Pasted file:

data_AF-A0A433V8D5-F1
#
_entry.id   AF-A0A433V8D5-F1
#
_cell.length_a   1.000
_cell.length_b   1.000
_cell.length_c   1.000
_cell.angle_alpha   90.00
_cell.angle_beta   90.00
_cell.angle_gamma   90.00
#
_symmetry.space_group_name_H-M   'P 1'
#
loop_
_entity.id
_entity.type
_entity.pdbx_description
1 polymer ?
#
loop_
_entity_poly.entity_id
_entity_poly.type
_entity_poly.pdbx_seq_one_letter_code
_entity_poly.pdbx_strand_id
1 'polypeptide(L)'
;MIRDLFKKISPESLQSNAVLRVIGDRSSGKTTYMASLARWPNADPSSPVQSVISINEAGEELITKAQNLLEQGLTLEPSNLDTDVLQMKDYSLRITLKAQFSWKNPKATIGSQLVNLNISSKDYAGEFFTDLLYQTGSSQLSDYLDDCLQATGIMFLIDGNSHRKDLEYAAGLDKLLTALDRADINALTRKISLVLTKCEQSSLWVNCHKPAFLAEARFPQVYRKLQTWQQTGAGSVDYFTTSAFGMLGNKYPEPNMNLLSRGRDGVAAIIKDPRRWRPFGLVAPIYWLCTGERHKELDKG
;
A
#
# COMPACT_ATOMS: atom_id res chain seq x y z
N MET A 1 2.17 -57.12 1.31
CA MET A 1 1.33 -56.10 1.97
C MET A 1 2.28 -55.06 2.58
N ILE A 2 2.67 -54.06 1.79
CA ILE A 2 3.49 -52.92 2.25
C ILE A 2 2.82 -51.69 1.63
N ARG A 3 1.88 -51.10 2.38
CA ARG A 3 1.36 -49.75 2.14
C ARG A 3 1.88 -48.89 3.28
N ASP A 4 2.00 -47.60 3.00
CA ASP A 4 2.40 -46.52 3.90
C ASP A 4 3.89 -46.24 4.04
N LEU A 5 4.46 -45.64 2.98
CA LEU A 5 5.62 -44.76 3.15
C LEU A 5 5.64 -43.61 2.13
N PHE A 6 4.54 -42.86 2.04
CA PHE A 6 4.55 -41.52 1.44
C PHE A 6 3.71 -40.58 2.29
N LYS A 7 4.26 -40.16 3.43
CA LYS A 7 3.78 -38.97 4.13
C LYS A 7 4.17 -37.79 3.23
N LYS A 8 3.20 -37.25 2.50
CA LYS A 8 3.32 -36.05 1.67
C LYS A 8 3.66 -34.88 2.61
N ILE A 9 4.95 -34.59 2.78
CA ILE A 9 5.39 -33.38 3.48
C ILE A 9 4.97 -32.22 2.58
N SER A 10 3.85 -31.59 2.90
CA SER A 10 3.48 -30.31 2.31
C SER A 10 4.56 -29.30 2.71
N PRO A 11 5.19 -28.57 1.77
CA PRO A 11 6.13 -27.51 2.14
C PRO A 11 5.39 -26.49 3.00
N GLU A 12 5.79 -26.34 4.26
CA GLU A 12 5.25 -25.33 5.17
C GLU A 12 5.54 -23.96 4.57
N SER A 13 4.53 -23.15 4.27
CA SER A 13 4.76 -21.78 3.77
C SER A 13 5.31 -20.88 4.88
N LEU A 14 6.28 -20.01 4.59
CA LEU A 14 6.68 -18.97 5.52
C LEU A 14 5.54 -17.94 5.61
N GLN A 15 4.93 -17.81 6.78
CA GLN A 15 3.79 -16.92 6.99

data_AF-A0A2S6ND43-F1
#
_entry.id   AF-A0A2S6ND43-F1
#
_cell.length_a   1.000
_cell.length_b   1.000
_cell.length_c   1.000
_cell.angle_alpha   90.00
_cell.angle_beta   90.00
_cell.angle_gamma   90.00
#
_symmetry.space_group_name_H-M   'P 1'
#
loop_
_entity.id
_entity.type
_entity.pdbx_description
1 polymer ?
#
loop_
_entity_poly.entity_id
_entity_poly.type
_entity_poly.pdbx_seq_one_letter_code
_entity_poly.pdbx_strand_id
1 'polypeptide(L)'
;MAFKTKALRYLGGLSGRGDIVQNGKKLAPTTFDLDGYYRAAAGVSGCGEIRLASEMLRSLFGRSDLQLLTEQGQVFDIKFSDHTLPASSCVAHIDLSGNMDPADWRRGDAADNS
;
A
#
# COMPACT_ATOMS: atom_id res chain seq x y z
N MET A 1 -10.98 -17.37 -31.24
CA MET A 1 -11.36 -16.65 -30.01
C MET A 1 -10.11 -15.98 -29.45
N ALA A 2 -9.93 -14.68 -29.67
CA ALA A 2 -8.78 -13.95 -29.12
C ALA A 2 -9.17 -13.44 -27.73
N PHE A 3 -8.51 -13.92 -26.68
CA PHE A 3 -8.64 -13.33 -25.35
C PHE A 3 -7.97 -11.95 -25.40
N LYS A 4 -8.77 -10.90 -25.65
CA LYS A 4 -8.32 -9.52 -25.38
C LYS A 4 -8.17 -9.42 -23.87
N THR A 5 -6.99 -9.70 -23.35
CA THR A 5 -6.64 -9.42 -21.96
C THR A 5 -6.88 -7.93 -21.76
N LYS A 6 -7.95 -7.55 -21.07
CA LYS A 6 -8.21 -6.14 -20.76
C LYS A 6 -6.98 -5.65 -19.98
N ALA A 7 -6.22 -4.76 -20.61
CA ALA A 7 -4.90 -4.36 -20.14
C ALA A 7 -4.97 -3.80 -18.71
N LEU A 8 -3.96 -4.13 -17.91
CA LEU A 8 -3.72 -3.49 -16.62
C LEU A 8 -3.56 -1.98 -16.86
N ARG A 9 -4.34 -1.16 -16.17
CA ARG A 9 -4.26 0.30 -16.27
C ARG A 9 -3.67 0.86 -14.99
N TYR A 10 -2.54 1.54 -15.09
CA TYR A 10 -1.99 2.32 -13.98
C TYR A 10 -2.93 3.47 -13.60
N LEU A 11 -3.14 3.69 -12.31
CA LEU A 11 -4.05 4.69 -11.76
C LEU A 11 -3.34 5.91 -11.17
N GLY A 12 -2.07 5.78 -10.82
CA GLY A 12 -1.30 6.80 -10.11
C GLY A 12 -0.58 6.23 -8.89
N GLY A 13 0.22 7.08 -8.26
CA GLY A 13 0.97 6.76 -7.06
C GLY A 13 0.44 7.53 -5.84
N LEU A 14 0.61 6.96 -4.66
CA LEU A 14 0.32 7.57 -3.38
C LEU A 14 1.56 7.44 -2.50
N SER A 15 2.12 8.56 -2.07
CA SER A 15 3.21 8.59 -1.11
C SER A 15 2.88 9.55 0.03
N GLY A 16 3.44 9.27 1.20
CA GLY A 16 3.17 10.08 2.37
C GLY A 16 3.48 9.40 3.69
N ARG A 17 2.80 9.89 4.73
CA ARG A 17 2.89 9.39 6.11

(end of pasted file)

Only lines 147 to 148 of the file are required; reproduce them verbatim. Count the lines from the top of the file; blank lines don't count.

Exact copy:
N SER A 15 2.12 8.56 -2.07
CA SER A 15 3.21 8.59 -1.11